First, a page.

The true causes of gentrification have never been definitively determined. Many social scientists have speculated on the phenomenon, but there is no one answer to the factors that contribute to gentrification.
As cities developed over decades, the employment opportunities evolved -- for example, construction of a new factory or other labor-intensive industry opening up in a particular community would spur movement toward that new source of jobs -- and people moved accordingly. Middle-class whites, who were once concentrated in urban areas, moved out to suburbs as they became more affluent and modes of transportation evolved. The old neighborhoods in the city became occupied by lower-income families, who sought jobs in warehouses, factories, and other businesses that employed large numbers of low-paid workers, and over time those neighborhoods aged and fell into disrepair.
As urban neighborhoods grew depressed, the value of properties decreased accordingly, thereby making urban real estate inexpensive. Then came the process of gentrification, which often occurred at the expense of poor black families, thereby injecting a racial component into the equation. Those low-income African-American families were forced out of their neighborhoods by the increase in real estate values, and property taxes, that resulted from the purchase of land by developers hoping to tear down or renovate old structures and replace them with new, more expensive housing. Remaining African-American families were sometimes offered large sums of cash -- large by the standards of the lives being affected, anyway -- to sell their homes so that the developers could sell the land to more affluent whites.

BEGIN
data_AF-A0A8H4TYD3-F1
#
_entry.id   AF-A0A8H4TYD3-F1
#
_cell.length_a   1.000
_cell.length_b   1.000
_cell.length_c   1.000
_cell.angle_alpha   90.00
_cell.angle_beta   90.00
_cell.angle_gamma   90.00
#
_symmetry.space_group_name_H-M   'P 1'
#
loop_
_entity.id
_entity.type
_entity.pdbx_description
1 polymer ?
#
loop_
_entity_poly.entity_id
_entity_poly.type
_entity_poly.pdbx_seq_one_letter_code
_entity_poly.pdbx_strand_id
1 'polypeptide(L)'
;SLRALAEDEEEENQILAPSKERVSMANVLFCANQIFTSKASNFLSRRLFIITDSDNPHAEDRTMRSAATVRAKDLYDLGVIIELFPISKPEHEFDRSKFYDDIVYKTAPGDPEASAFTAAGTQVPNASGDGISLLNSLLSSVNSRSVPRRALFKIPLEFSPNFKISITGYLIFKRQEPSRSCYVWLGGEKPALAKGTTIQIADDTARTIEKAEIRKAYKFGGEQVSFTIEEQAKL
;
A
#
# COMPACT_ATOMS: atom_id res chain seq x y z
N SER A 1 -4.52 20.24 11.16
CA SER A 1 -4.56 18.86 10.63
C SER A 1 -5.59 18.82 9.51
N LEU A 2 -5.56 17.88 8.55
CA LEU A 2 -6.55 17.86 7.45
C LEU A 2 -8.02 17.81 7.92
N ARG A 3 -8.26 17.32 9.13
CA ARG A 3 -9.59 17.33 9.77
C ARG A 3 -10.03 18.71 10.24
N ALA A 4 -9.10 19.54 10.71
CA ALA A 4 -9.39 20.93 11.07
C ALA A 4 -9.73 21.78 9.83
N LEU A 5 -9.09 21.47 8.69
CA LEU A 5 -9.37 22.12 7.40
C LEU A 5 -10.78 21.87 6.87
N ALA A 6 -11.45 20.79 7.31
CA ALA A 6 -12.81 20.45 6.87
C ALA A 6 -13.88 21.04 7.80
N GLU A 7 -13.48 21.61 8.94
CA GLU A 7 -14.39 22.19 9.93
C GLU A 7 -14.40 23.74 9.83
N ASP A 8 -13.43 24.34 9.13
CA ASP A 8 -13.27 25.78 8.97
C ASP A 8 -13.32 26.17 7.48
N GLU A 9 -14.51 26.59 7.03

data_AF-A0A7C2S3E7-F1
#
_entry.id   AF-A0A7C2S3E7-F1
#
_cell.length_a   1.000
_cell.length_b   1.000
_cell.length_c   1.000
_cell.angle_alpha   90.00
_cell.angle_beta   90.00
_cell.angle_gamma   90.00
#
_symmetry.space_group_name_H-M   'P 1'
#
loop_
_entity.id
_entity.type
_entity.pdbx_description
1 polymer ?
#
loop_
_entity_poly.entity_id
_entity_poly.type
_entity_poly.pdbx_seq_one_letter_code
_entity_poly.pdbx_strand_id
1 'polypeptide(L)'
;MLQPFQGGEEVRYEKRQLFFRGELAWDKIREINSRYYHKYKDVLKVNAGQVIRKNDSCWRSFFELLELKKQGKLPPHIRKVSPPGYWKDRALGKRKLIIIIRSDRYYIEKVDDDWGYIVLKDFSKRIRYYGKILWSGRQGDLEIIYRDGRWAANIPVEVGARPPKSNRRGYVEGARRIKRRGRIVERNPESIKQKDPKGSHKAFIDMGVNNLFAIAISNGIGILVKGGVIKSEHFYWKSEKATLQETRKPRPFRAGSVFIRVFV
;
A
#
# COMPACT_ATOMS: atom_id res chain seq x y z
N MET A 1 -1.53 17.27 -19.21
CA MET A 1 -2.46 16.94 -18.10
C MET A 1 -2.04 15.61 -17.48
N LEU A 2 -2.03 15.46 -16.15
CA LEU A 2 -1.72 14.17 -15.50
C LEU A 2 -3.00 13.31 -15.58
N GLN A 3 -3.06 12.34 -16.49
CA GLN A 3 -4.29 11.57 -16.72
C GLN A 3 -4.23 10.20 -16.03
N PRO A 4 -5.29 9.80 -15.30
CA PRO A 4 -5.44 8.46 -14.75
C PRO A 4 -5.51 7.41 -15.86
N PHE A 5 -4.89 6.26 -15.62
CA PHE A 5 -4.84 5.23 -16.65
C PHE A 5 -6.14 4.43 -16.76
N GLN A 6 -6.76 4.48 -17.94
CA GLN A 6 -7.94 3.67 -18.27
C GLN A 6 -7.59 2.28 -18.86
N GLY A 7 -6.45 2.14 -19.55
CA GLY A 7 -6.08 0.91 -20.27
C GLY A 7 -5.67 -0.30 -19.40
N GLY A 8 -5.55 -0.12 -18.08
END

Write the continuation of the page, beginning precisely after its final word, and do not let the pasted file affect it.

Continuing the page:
There are many academic studies of gentrification, including one by the United States Centers for Disease Control, which studied the health implications of gentrification, but, in this educator's opinion, many of those studies over-complicate the subject. There is no question that multiple factors are involved, including the evolution of the economy from one based primarily on manufacturing to one based on services, the desire of categories of people to be closer to jobs or to better, safer schools, the desire to profit from the fluctuations on real estate prices, and so on. The bottom line is, however, that developers see opportunities in urban neighborhoods and, because the properties are relatively cheap and the potential profits from buying, developing, and selling or renting those properties for higher prices are tempting, the process of gentrification was going to occur.
This answer would not be complete if it did not include a pattern witnessed by this educator when he resided in Washington, D.C. -- a pattern that has been studied. That pattern involves the gentrification of run-down, primarily African-American neighborhoods in the District of Columbia by large numbers of gay and lesbian couples. A scholar at the Urban Institute in Washington, D.C. has studied the role homosexual communities have played in gentrifying neighborhoods in that city. The displacement of low-income African-Americans during this process was considerable, with those families forced to move to the suburbs.